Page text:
10 September 2015
Should it be passed, the Trade Union Bill will require striking workers on a picket to identify themselves to police and give 14 days notice for all picket and protest plans.
A YouGov poll commissioned by the TUC shows that 77 percent of people – and 69 percent of Conservative voters – think the new measures are a waste of time.
72 percent think forcing unions to submit what they are planning to post on social media two weeks in advance is also a waste of time.
These regulations (which will lead to penalties of up to £20,000 if breached) have the sole aim of shackling trade unions and their members and wasting their time and resources. Equally worrying are the proposed social media surveillance powers for industrial disputes, which apply to no other domain.
Writing for Left Foot Forward, Unison general secretary Dave Prentice said “This is clearly excessive monitoring of legitimate campaigning activity, especially when what might count as official union communication is considered. It’s not clear, for example, whether someone whose Twitter profile recognises their voluntary union role would be seen as running a personal or an organisational account.
“It would be entirely disproportionate for unions to face an injunction preventing a picket, or claiming damages simply because they failed to list a Twitter account used by a union member. These measures are simply designed to hinder legitimate union activity including campaigning.”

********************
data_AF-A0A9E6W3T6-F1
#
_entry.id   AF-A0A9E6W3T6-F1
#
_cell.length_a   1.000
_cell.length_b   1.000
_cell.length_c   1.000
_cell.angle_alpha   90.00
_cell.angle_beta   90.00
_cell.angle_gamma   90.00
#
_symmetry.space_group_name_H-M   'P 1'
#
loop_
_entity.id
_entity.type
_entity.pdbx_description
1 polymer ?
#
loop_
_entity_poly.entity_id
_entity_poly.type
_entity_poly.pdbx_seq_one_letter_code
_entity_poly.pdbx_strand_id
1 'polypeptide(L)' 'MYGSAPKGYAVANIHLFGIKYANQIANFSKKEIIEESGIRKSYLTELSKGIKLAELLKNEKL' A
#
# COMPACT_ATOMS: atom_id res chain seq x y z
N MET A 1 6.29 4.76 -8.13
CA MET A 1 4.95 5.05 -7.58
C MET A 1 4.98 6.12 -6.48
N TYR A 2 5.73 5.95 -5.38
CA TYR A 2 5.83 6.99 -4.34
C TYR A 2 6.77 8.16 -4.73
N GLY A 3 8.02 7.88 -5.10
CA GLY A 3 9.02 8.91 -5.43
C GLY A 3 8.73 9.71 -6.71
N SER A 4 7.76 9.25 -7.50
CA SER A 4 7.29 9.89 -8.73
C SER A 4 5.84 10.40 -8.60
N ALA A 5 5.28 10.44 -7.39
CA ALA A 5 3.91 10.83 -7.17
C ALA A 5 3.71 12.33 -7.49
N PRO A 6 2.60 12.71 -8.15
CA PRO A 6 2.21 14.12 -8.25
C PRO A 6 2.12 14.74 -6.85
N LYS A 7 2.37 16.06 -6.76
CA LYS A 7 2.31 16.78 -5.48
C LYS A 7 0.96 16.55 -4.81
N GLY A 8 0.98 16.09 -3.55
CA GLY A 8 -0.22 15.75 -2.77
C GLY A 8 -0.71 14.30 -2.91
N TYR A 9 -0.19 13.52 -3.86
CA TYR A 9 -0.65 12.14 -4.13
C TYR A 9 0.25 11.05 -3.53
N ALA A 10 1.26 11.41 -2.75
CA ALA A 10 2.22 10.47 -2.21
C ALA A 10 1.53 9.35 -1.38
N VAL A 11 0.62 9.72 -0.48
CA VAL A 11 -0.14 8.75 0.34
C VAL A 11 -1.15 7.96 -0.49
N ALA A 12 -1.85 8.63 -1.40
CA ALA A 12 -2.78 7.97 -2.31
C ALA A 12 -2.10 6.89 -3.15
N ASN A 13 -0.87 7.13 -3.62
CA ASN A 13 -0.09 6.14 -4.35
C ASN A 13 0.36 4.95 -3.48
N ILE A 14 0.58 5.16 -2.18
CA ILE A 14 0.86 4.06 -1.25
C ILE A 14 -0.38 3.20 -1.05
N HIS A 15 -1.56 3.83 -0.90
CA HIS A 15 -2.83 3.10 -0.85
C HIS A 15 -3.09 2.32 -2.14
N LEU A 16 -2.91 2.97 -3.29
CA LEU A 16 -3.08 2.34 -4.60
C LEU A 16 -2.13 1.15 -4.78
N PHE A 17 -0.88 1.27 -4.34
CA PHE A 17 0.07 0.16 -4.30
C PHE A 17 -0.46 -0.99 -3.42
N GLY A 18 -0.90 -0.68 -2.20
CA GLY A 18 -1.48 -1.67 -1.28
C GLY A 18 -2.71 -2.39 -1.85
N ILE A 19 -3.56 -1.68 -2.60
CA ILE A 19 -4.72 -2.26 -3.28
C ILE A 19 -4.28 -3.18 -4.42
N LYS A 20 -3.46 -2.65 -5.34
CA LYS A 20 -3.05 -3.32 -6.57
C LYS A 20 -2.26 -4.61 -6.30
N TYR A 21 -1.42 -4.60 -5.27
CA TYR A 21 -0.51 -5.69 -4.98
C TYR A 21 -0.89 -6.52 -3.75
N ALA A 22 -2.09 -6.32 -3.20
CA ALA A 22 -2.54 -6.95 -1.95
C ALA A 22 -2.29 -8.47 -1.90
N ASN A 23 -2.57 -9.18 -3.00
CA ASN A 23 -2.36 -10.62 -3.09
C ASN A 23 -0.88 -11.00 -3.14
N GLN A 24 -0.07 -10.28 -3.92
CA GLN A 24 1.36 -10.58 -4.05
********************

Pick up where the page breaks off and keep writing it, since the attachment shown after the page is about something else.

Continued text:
Professor Keith Ewing said: “The police are being asked to become agents for the employer, while the employer is being asked to become an agent for the police.
“Here we have the government imposing a duty on picket supervisors to produce their letter of authorisation to anyone who reasonably wants to see it. Presumably this will include employers.
“The risk is that this information will then be easily distributed in construction and other industries.
“In the light of the recent scandal and the unresolved business of blacklisting, workers will rightly be cautious about giving any information to employers about picketing.”
The Bill has been widely condemned by human rights groups, and ministers have also faced criticism for attempting to push the bill through without proper consultation. Given the contents of the bill and the backlash it’s receiving, it’s not hard to see why they’re trying.
Commenting on the bill Carolyn Jones, Director of the IER said:
This is a blatant attack on the rights of workers and the freedoms of trade unions. The proposals on strike action will impose impossible thresholds for the majority of trade unions under our archaic, over restrictive and increasingly expensive balloting procedures. And for what? People increasingly understand that it is the Government’s austerity-led cuts that are undermining our public services not trade union action. Yet here we have a government elected by less than 25% of the electorate imposing voting thresholds on trade unions that have already been declared in breach of international law. The ideology behind these proposals needs to be exposed and the government plans resisted.
The Institute for Employment Rights will be holding a TUC fringe meeting on the bill, in conjunction with the Campaign for Trade Union Freedom. It will provide an update of recent events and discuss the growing resistance against the bill and how best to oppose the bill moving forward. Details: The Regency Room in the Old Ship Hotel, Kings Road, Brighton, BN1 1NR – on Sunday, the final evening of Congress, at 7pm.